Are you a whistle while you work kind of person? How about a listen while you work kind of person, as in you have to have sound or music otherwise the silence is maddening?
You are not alone. A study from Spherion found that approximately one-third of their employees listen to music at work. What’s more, these employees claim that listening to music while working improves both job satisfaction, and productivity.
While Spherion is just one workplace, they are
not the only workplace experiencing these findings. Some findings suggest that music even helps workers with ADD focus better.
Do you allow your employees to listen to music while working? If you don’t, you may want to re-think this policy, particularly if you have many younger employees, as this trend is strongest with employees aged 20-39.
Some Simple Rules
Music in the workplace works best when a few simple rules, like these, to follow. This will ensure that everyone can listen to music comfortably, without having the next “speaker-wars” in the office.
Keep the volume down. Whether you use headphones or speakers, make sure the volume is low enough so you can still hear the phone ring, hear other employees if they need something, or hear emergency signals, such as the fire alarm.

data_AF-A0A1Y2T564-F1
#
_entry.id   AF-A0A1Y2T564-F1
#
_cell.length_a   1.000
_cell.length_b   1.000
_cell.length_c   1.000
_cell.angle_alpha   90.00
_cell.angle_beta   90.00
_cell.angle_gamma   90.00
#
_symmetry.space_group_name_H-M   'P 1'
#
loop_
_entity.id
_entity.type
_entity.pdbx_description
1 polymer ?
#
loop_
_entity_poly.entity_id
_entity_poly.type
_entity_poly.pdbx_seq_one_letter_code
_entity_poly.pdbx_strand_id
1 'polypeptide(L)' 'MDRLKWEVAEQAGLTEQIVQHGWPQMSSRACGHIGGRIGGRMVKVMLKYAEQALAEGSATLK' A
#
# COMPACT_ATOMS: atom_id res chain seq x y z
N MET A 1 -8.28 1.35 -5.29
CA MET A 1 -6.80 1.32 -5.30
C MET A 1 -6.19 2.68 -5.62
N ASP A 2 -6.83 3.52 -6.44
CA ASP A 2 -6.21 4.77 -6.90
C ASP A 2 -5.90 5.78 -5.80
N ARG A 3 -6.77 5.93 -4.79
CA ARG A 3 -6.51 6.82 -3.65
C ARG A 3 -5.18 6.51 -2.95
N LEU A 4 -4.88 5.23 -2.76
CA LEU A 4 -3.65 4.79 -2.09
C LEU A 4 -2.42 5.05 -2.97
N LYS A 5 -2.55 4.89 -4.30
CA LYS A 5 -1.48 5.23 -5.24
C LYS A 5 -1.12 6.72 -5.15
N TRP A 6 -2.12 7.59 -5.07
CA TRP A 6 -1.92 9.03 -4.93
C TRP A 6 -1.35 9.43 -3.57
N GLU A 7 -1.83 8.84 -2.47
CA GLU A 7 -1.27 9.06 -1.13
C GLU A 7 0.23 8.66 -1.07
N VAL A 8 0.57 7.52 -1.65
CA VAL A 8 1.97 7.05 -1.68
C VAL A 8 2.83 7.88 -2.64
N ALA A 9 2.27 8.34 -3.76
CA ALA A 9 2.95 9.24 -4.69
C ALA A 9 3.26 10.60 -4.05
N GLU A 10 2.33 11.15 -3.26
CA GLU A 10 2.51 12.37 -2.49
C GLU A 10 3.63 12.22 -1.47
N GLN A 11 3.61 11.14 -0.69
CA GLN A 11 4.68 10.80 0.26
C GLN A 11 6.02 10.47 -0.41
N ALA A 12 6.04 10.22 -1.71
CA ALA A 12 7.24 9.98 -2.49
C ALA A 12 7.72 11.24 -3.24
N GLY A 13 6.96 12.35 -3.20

Turn the volume extra low for phone calls. If you do use speakers, make sure to turn the volume down even more when you’re on the phone. It’s mortifying to be on the phone with an important client and have inappropriate music blaring in the background.
Keep it appropriate. Music at work should be work appropriate. You may like cussing and gansta’ rap, but others around you don’t. Keep your music tastes office friendly, and save the rap for the car ride home.
If you don’t allow music in the workplace now, and want to do something nice for your employees, consider changing the policy. It’s an easy change that will show your employees that you care, and will boost morale and increase job satisfaction. Besides, who doesn’t want a happier office?
What are your thoughts on music in the office? Leave us a comment below, telling us why you agree or disagree with these findings.